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Blogging is making a comeback. Source: Flickr/GotCredit

Remember when all of your friends had a blog? They used Blogger or Live Journal or Xanga, and shared long-form content. Then Facebook (NASDAQ:FB) and Twitter (NYSE:TWTR) launched, and short-form updates made blogs obsolete.

But blogging is having a bit of a comeback. Teens are using blogs (and other social media) as digital diaries, or to post essays. The launch of Tumblr and Medium have kept the long-form status update alive. Most notably, those properties aren't owned by Facebook, which means people have to leave the social network when someone posts a link to their latest blog post. For Facebook, that's less than desirable.

So it's relaunching Notes
Notes was the original status update on Facebook. Before 2009, users could only post 160 characters. That expanded to 420 characters in 2009, and quickly expanded from 500 characters in 2011 to 60,000 a few months later. By then, however, users were so used to posting status updates of any length that notes had been largely discarded.

Relaunching Notes now is interesting considering the resurgence in blogging. The new format first spotted by developer Dave Winer looks like Medium's clean, full-width, uber-legible website.

Facebook gives everyone a built-in audience automatically, but still offers the option to keep things private or just between select friends. It's easy to tag people because everyone's on Facebook. Users can include tags for their content to push it into the public feed, which could result in a similar user experience to Medium. (Medium uses a mechanism similar to Tumblr, where authors tag their blogs with certain topics, and users can browse essays by topic.)

Additionally, Facebook can offer the same benefits to individuals as it does publishers it partners with for Instant Articles. Notes will load instantly, resulting in more people actually reading the content.

Facebook isn't doing this to be nice
Facebook also has a lot of potential to benefit from a popular blogging platform. For one, the more content it hosts on its site, the more time users will spend on Facebook. That means advertisers will spend more on its site due to supply and demand. (Even if Facebook doesn't insert ads into Notes, there's less supply from other websites if Facebook increases time spent on its site.)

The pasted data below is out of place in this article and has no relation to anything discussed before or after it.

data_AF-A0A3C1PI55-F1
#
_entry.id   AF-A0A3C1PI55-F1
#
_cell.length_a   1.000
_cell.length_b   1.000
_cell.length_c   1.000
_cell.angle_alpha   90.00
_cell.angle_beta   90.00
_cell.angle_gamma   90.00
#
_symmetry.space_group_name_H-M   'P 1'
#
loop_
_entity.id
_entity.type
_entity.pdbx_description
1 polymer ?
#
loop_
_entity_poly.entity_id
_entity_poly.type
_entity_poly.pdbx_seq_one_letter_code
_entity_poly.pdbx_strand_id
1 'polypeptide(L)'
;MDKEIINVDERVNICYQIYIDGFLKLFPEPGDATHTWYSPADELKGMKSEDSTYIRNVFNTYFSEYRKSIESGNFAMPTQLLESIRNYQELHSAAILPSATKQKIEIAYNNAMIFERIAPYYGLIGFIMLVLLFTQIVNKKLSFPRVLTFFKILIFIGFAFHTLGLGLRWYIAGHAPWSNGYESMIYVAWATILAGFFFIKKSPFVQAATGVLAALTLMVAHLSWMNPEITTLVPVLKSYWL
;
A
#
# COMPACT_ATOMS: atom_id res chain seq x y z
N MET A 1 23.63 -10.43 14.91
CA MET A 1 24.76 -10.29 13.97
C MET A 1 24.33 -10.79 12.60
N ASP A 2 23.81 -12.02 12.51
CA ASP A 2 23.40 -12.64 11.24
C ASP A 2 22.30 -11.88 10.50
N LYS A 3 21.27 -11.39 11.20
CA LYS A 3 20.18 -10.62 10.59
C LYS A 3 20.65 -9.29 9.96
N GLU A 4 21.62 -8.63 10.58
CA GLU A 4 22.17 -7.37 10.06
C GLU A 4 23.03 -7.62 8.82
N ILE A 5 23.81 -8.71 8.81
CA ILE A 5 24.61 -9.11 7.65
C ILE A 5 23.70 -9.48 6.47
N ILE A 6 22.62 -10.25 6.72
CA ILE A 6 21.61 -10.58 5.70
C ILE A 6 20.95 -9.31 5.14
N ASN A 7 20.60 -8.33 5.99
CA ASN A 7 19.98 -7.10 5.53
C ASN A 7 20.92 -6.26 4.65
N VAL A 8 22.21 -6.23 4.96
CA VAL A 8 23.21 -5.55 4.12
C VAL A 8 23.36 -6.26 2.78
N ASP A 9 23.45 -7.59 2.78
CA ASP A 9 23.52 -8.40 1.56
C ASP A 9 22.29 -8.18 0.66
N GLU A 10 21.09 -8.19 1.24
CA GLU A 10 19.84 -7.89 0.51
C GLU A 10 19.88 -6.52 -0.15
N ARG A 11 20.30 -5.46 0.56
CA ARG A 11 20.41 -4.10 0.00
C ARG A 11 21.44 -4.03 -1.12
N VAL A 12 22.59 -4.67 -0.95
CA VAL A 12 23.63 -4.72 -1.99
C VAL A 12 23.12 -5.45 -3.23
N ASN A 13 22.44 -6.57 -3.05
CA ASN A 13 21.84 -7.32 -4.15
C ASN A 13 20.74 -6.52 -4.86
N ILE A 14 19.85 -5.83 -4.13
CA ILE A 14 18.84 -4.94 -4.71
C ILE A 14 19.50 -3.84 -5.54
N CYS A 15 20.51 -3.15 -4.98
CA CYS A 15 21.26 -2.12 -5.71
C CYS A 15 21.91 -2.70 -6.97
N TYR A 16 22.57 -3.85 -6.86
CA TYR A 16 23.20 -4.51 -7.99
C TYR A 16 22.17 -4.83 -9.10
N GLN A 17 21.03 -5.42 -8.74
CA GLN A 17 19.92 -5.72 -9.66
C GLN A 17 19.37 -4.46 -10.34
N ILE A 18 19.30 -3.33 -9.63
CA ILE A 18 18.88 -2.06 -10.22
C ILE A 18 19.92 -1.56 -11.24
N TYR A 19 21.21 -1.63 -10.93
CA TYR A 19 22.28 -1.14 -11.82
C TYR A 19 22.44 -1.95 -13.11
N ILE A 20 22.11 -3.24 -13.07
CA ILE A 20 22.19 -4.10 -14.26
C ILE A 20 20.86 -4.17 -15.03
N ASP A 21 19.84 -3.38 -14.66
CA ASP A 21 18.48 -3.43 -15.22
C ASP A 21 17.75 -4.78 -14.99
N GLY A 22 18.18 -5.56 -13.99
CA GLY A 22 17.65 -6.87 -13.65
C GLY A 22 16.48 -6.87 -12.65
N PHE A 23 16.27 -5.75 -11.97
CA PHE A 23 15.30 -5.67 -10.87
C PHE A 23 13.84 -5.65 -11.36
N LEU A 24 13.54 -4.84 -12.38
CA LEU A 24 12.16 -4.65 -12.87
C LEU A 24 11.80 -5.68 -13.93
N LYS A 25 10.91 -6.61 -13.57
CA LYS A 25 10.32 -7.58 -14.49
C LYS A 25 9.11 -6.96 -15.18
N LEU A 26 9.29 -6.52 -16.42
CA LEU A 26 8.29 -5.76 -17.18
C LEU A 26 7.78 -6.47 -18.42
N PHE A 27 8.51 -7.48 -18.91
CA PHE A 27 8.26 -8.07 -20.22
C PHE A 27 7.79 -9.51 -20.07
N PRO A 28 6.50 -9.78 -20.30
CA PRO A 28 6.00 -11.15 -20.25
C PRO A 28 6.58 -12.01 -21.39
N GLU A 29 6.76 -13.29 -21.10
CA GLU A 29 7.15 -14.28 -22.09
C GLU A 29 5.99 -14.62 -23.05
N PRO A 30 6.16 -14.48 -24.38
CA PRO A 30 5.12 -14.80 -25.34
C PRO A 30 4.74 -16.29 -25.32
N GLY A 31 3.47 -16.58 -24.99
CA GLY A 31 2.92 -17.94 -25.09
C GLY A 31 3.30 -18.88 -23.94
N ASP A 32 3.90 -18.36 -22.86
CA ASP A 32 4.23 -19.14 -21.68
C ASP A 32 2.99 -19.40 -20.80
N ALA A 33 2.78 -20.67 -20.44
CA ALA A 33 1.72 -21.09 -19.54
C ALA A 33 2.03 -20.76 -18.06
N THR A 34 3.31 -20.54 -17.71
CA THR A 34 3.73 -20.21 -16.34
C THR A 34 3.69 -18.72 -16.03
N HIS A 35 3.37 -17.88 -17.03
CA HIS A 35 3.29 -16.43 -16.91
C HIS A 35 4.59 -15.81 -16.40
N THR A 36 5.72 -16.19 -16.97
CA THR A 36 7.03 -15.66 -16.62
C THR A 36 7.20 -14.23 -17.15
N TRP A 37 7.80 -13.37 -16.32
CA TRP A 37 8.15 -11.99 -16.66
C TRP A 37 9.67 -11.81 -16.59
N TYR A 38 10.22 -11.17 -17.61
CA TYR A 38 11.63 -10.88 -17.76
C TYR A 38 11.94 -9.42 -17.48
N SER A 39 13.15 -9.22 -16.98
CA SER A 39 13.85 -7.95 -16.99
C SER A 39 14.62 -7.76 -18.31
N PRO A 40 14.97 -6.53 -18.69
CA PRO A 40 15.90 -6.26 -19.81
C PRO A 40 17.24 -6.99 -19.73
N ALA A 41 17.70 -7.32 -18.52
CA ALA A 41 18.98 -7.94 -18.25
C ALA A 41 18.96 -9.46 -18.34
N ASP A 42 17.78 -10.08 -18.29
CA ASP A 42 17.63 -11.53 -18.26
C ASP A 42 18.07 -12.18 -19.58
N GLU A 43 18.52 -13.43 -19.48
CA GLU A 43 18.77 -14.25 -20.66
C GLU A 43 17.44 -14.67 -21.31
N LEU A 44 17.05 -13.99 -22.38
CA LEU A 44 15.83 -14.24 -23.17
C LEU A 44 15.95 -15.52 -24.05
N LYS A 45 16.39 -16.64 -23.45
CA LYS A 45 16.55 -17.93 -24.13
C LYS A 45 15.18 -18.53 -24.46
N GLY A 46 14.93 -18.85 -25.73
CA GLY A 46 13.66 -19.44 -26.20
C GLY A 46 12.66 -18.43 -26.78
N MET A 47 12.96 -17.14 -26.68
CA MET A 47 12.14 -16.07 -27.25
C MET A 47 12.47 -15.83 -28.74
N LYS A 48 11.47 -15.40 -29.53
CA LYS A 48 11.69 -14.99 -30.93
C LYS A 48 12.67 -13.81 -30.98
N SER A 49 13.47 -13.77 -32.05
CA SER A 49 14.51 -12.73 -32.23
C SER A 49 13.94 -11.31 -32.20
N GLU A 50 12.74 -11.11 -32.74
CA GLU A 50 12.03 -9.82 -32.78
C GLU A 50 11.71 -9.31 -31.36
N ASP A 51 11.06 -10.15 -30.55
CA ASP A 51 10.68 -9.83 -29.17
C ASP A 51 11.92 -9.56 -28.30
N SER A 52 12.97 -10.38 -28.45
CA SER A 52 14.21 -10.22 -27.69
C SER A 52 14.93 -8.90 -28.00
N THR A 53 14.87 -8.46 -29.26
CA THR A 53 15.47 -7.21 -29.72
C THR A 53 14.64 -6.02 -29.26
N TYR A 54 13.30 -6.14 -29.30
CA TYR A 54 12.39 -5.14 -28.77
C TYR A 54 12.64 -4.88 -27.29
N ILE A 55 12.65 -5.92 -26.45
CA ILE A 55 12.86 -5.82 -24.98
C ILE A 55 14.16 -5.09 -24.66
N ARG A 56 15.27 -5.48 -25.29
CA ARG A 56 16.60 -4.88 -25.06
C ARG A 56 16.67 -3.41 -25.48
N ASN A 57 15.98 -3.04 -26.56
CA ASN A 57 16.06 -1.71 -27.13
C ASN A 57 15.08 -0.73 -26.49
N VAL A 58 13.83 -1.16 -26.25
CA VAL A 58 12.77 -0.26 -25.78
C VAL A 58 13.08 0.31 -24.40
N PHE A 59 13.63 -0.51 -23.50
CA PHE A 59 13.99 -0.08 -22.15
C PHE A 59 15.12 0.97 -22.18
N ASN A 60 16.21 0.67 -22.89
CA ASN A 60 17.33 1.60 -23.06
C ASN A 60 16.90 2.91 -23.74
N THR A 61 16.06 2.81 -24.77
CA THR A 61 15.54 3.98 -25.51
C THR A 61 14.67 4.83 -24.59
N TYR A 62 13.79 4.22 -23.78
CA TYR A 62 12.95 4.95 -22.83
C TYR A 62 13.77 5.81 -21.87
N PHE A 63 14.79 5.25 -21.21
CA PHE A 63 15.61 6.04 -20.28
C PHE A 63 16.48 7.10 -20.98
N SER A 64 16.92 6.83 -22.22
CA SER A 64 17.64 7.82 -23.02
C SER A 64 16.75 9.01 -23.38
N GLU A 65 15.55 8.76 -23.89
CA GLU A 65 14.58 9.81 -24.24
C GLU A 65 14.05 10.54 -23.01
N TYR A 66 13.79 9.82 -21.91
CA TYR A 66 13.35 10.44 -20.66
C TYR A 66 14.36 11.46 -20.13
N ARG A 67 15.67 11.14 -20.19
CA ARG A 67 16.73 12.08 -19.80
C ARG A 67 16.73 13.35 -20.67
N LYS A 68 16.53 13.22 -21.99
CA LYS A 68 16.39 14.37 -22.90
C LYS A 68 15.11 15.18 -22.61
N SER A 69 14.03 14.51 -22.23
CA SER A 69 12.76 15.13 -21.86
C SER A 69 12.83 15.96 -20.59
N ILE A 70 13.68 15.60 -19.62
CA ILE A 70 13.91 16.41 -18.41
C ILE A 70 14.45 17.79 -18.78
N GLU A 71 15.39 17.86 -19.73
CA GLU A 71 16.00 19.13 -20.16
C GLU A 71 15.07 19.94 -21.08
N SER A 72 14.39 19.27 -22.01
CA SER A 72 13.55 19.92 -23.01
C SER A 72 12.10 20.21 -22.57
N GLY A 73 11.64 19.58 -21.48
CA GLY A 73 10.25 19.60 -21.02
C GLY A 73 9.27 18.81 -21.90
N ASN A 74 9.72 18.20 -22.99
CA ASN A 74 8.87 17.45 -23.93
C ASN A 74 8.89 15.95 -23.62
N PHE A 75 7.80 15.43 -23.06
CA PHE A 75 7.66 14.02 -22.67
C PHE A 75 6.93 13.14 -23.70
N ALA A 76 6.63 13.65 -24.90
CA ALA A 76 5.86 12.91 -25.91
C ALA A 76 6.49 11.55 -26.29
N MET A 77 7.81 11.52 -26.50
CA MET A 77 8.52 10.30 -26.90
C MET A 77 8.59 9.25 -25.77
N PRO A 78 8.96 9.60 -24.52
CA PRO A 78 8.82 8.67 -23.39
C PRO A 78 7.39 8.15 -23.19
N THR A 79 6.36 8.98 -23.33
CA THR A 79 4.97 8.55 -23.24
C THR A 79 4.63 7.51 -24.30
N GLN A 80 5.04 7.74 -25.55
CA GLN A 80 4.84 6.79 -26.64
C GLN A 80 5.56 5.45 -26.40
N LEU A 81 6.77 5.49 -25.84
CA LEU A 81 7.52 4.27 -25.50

Additionally, Facebook can gather a heck of a lot more data on its users from long-form essays than it can from short-form status updates and photos. It already has some of the best data on personality and interests based on the things its users like, share, comment, and post. Additionally, it continues to improve its ability to scrape data from photos and videos as well as text. But getting users to post more words directly to Facebook could give it a more well-rounded profile of its users, which can lead to better ad targeting, or the ability for Facebook to enter other verticals.

Twitter is going long form, too
Facebook isn't the only company interested in reviving long-form content. Twitter co-founders Ev Williams and Biz Stone started Medium to give Twitter users the ability to write more long-form articles. The platform is well-integrated with Twitter, with similar sharing mechanisms.

More recently, Twitter opened its direct message feature to allow users to send up to 10,000 characters. Indeed, Twitter has been working to move away from the 140-character limit that was originally put in place due to text-message limitations. It added photos and video and other rich content, but it doesn't have the same capabilities as Facebook to understand what those media say about the users posting them. Text is much easier for computers to understand.

Some of the best content on Twitter is posted directly to the platform, but more often people link to content outside of Twitter. As more people pick up long-form content, Twitter risks losing the attention of those users to other websites, even if they find the content via Twitter. That's the fate Facebook is working to avoid, and it's something Twitter ought to consider, as well.

Adam Levy has no position in any stocks mentioned. The Motley Fool recommends Facebook and Twitter. The Motley Fool owns shares of Facebook and Twitter. Try any of our Foolish newsletter services free for 30 days. We Fools may not all hold the same opinions, but we all believe that considering a diverse range of insights makes us better investors. The Motley Fool has a disclosure policy.